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LAMBDA proposals and counter-proposals
- To: MOON at MIT-AI, Guy.Steele at CMU-10A, EAK at MIT-MC
- Subject: LAMBDA proposals and counter-proposals
- From: Kent M. Pitman <kmp at MIT-AI>
- Date: Thu ,1 Oct 81 19:49:00 EDT
- Cc: LISP-FORUM at MIT-AI
There are MANY issues being addressed at once here. In the end,
all will have to be addressed. However, it might be of help for
people to clearly argue for or against one issue at a time, rather
than mixing them. Here is a sampling of the kinds of issues that
I feel are becoming too confused with each other; I think discussing
the sub-issues separately will help us build a better foundation for
a later discussion of the whole issue -- I fear we are currently trying
to solve too much all at once...
* HOW SHOULD EXTENSIONS BE INTRODUCED INTO THE LANGUAGE? If we
have one hairy construct to which we continue to add subtle,
concise additions to, is that the right thing? (eg, the
introduction of new &keywords) Or are we better off with slightly
more verbose constructs each of which has an independent function?
(eg, using LET instead of &AUX, LOCAL-DECLARE instead of &SPECIAL,
This question is made more complex by the possibility of making
DEFUN and perhaps even LAMBDA macroexpand from concise though
syntactically hairy constructs into larger but syntactically
more transparent underlying forms. ie, one might write
(DEFUN F (X &AUX Y) ...) but get (DEFUN F (X) (LET* (Y) ..)).
This is an important issue because it decides whether Earl's
note about his concern over extensibility is worthwhile to consider.
It is only worthwhile to worry about boxing yourself into a corner
with respect to extension if you believe that extension comes from
modifying existing operators/special-forms rather than creating
new ones. This is an issue for which I do not believe we have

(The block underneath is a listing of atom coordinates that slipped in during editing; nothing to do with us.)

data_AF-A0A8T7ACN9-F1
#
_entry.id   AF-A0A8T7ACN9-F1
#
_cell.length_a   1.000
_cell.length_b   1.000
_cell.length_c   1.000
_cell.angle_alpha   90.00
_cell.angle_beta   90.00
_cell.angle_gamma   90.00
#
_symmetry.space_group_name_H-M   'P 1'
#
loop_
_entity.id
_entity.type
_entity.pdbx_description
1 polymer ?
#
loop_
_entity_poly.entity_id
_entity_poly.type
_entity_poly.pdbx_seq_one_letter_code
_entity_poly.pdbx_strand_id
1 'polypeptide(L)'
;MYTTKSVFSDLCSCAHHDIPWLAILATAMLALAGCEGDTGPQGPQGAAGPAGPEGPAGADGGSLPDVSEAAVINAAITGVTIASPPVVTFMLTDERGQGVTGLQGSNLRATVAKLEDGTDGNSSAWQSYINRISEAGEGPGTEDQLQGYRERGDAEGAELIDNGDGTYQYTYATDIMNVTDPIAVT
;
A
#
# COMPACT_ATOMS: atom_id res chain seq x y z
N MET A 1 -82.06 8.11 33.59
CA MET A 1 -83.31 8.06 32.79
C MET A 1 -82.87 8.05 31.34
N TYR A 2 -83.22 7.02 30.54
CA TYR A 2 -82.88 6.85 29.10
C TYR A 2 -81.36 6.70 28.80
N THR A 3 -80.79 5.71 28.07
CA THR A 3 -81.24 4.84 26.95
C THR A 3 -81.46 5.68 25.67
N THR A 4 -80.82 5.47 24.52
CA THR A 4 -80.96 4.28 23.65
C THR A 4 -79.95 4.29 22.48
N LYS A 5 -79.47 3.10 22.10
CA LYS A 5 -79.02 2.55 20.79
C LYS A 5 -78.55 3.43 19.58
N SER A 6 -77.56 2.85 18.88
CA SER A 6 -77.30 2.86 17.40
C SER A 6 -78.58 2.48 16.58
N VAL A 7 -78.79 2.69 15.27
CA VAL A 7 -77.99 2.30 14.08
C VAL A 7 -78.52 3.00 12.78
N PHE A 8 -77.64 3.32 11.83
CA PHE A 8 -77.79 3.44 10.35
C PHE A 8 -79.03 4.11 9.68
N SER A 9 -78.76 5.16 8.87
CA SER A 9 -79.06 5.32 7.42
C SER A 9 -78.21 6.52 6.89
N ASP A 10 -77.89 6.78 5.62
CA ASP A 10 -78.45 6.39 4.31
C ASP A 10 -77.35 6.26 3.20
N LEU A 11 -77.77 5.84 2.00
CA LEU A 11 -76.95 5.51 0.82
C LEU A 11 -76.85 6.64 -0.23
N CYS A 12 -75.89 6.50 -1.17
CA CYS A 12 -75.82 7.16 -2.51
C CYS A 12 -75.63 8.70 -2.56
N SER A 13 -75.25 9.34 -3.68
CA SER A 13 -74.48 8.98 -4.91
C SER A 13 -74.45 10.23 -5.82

a clear answer.
* WHAT EVEN BELONGS IN THE LAMBDA LIST? My feelings are that
a lambda list is a place for naming formal quantities that are
not known about locally. There are surely opposing viewpoints.
There are several isolatable sub-issues:
* &AUX variables are of a clearly different nature and do not,
in my opinion, have any business being in the lambda list at all.
* Destructuring. Is this part of the specification of the formal
quantities or not? I am very wishy-washy about this, but lean toward
the side of not wanting it in the bound variable list.
* What about advice to the evaluator? This has separable sub-issues
* Eval/Quote information.
This has to do with stuff that is to be done before the lambda
expression ever gets hold of things, so is not rightly part of the
things the lambda should contain. eg, fine if DEFUN wants to know
about "E and you want to type in (DEFUN F (X "E Y) ...)
but I would prefer that this macroexpand into
(PROGN (ASSOCIATE-EVALUATION-INFORMATION 'F '(EVAL QUOTE))
(SETF #'F #'(LAMBDA (X Y) ...)))
keeping the actual lambda list clear of such worthless clutter.
It is silly for an anonymous lambda expression to bother holding
onto information about EVAL and QUOTE since it can't do anything
useful with it.
Information about keywords and how to handle them correctly
is VERY complex and I don't think there is any kind of good theory
of that available at all. I would recommend not cluttering primitive
lambda lists with keyword information that is not well-agreed to be
the obvious right thing.
* Declarations, Argument type-checking
This hasn't been recently addressed by anyone, but probably should be.
These kinds of things may want to happen elsewhere besides at binding
points, so need special forms like LOCAL-DECLARE, DECLARE, etc. Having
their own special forms, is it reasonable to clutter the bound variable
list with a new notation for inferring things that could already be
* Kinds of bindings: &FUNCTION, &SPECIAL, ...?
Where do these belong? Are they part of the specification of the
formal quantities? Is &FUNCTION F anything more than another
dimension on the namespace issue? Should it be treated as such?
* HOW SHOULD SYNTAX MANIFEST ITSELF IN A LANGUAGE?
Dave gives me the impression that he feels that infix syntax
at the lowest level is acceptable if it buys convenience. There are
others who clearly do not see that this should be so. The LOOP
macro buys such syntactic convenience without any modification to
the notion that the underlying representation can be parse-free.
Even Pratt's CGOL, which redefines all of the syntax of Lisp in a
rather questionable way, does not have any problem coming up with
appropriate parse-free underlying representations. Whether the lowest
level of the language must be something one can fathom only with the
aid of a parser or not seems to be of critical importance.
As a closing note, I should add that I muchly support GLS's alternate
lambda list proposal. I have had similar ideas in the past and
I feel that any loss of expressive power it has can be made back up
primarily by use of other existing primitives (like LET, DECLARE, ...)
and possibly introduction of a small number of new primitives with
special-purpose tasks. I also agreed with DLW's recent reply to EAK's and